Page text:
If you have ever wanted to become a videographer or filmmaker, this is the step-by-step guide to show you how to do it.
If you wanted to become a working videographer or filmmaker and get paid for it, what are the steps necessary to do that? As someone who has gone to a 4-year video production program and has does video production full time, I hope I can share a pathway with you that helps get you on the path to making videos and getting paid to do so.
- Figure Out A Clear (or Rough) Idea of Where You Want to Go
- Master the Fundamentals Of Your Camera
- Study the Creative & Aesthetics of Film
- Build a Portfolio of Work that Attracts More of That Same Work
- Find Your Target Monthly Revenue Goal and Work Towards It
- Wrapping Up With Becoming a Videographer and Next Steps
Figure Out A Clear (or Rough) Idea of Where You Want to Go
There are many different pathways that the profession of filmmaker or videographer can take nowadays. When it comes to making money, publishing on Tik Tok full time is a viable choice as is making films in Hollywood. This is going to change depending on the person, but it’s valuable to know where it is you want to go.
- Do you want to be a short film filmmaker?
- Do you want to be an online content creator?
- Do you want to make real estate videos or wedding videos?
- When people talk about you, what kind of videos do you want to be known for?
Or, maybe you aren’t sure, and that’s okay. You can always specialize and figure out what your focus is later.
However, I do encourage finding 3 people that you admire in the videography/filmmaking world that you want to create content similar to. Whether that is MKBHD, Peter McKinnon, Quentin Tarantino – whoever it is, try to find 3 that you can use as a rough aspirational guide. You can use this as a compass to stay on track.
Who are your three aspirational figures in the filmmaking/videography world you want to be more like?
For me, it’s Parker Walbeck, Philip Bloom, and Brandon Li.
Master the Fundamentals Of Your Camera
There is so much to learn in filmmaking from lighting, sound, camera settings, equipment, theory, client relationship, and the list goes on.
At the very least, to begin with, try to get as familiar as you can with your camera of choice so shooting becomes second nature.
If this camera is your iPhone, that is totally fine. Use what you have available to you.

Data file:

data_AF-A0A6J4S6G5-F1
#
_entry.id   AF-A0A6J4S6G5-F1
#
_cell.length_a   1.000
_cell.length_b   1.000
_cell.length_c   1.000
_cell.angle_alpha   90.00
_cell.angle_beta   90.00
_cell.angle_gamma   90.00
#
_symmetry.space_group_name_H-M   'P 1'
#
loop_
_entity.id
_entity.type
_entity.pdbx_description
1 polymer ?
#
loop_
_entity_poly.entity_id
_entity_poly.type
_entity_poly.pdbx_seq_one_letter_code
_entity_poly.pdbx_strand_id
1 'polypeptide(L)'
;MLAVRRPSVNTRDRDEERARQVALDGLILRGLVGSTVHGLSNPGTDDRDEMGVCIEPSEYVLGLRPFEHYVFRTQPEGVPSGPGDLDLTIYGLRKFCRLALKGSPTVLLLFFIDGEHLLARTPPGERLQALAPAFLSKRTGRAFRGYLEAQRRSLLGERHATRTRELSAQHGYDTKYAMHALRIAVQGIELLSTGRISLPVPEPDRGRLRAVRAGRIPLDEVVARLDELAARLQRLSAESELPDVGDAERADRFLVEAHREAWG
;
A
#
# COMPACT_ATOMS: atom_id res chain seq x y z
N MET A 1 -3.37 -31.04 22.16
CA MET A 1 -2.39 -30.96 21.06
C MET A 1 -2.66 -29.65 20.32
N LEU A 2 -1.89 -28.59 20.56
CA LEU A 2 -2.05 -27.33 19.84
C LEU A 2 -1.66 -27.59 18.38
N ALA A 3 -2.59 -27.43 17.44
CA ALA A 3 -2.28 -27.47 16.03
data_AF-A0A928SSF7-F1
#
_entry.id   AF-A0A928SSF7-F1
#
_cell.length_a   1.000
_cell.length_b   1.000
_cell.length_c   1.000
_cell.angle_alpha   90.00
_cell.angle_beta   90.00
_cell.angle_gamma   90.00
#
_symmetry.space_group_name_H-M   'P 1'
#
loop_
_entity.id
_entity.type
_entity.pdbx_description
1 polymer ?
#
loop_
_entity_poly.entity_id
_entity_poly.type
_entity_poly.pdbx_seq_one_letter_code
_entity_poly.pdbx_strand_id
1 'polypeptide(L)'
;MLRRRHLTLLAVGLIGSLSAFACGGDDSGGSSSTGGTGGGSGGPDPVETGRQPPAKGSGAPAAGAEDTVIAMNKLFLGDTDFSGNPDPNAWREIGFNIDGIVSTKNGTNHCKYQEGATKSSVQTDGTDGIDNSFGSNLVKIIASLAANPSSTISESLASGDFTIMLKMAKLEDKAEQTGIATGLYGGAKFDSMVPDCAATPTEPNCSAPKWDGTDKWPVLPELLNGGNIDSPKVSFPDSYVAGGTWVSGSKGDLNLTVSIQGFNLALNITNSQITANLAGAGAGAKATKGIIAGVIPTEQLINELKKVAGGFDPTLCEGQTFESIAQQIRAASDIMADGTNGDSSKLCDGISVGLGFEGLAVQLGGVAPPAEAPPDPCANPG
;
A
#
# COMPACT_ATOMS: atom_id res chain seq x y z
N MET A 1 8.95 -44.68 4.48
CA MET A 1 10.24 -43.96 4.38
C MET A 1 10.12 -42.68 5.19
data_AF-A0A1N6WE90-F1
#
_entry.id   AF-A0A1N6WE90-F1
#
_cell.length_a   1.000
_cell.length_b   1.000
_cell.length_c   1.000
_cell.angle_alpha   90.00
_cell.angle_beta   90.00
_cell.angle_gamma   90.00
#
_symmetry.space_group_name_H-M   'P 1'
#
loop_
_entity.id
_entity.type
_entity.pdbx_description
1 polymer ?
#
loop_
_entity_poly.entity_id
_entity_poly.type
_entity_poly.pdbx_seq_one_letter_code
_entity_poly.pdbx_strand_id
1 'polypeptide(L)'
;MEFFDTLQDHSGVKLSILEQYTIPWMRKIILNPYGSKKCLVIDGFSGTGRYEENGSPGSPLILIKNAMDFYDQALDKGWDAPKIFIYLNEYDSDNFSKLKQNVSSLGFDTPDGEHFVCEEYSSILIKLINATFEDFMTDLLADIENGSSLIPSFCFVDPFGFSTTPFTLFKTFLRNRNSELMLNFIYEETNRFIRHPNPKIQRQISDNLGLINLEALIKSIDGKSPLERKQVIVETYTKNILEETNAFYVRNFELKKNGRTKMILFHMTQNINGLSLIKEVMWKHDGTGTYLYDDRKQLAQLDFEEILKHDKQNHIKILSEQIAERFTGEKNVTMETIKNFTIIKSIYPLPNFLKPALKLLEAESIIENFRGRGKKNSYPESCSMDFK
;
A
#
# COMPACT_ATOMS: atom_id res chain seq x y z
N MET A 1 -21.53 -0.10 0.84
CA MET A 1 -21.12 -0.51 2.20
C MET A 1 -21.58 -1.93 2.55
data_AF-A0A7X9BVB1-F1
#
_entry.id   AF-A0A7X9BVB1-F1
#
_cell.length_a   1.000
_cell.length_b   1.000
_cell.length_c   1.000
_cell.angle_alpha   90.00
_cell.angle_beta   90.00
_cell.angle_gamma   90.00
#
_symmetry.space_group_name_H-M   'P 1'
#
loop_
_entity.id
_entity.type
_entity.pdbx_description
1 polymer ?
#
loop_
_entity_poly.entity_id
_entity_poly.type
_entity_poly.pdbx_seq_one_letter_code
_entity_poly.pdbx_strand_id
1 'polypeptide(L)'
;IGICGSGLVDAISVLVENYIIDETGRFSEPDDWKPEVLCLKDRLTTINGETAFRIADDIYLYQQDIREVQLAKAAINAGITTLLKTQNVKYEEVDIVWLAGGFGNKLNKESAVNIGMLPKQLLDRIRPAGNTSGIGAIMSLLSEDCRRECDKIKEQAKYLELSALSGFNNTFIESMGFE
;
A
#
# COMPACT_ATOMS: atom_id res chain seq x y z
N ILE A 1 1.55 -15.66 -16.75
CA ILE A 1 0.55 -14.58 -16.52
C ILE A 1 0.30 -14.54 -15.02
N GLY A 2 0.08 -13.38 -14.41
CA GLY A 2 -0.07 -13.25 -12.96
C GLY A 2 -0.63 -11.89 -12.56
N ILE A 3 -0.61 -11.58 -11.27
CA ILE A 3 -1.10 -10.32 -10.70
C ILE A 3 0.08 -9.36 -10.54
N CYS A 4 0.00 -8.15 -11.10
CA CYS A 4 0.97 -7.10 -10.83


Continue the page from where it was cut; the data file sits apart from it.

Learn the settings, watch online YouTube tutorials, and do the necessary work so that you can instinctively get the camera out of the bag (or out of your pocket) and begin shooting at the right frame rate, shutter speed, ISO, and aperture at a moment’s notice, while also understanding how each of these things affect the resulting image.
Master your video weapon of choice, understanding the ins and outs of every feature.
You can mark this as complete when you are able to get the camera set up in an indoor scenario and an outdoor scenario, properly exposed, for both a slow-motion-focused shot and an interview-focused shot.
Study the Creative & Aesthetics of Film
Once you are comfortable with your camera, it’s time to start making decisions on the different tools and elements at your disposal to better express what you are trying to say through video.
For example, we need to understand the effects of lighting and how it can make a scene dramatic or serene, we need to know how a wide-angle lens makes the audience feels different than a telephoto, we need to know that camera placement plays a huge role in the relationship between the subjects on the screen, and so much more.
To start, begin watching films and videos with a critical eye and begin asking yourself insightful questions and try to find videos that explain that director or videographer’s thought process.
- Why did they use a singular light on the side instead of filming with just overheads?
- Why doesn’t that character have a specular (capture light) in their eye?
- Why was this scene filmed in black and white with a 4×3 aspect ratio?
All of these are intentional decisions that affect the message and play into the aesthetics of the film.
Watch videos from your previously chosen 3 videographers and begin to ask why they do certain things in their videos and try to find the answers.
You may observe, for example, that Parker Walbeck heavily prefers using a gimbal or Glidecam over stationary tripod shots for his travel films. Why is that? He has stated, in behind-the-scenes videos, he likes the extra movement and immersion that even slight movement brings to the shot, which also allows people to feel like they are walking through the space with him.
Build a Portfolio of Work that Attracts More of That Same Work
Now that you feel comfortable with your camera and have begun to adventure into the intentional aesthetics of filmmaking, it’s time to wrap your skillsets into making videos, similar to the types of videos that you want to get paid for or get involved in.
For example, if you want to shoot real estate videos, build a portfolio of work around real estate.
If you want to be a wedding filmmaker, shoot weddings. If you want to be a short film creator, make short films.
Put simply, the type of work that is in your portfolio is the type of work you will likely land as a result of it getting shared around. Inevitably, especially early on as you start your journey, you’ll be greeted with a number of different opportunities because you are a videographer.
In most cases, it’s a good idea to take these early on, especially if you are not 100% dialed in on a niche yet, because you can use the videos as practice and you may even find you like that type of work more.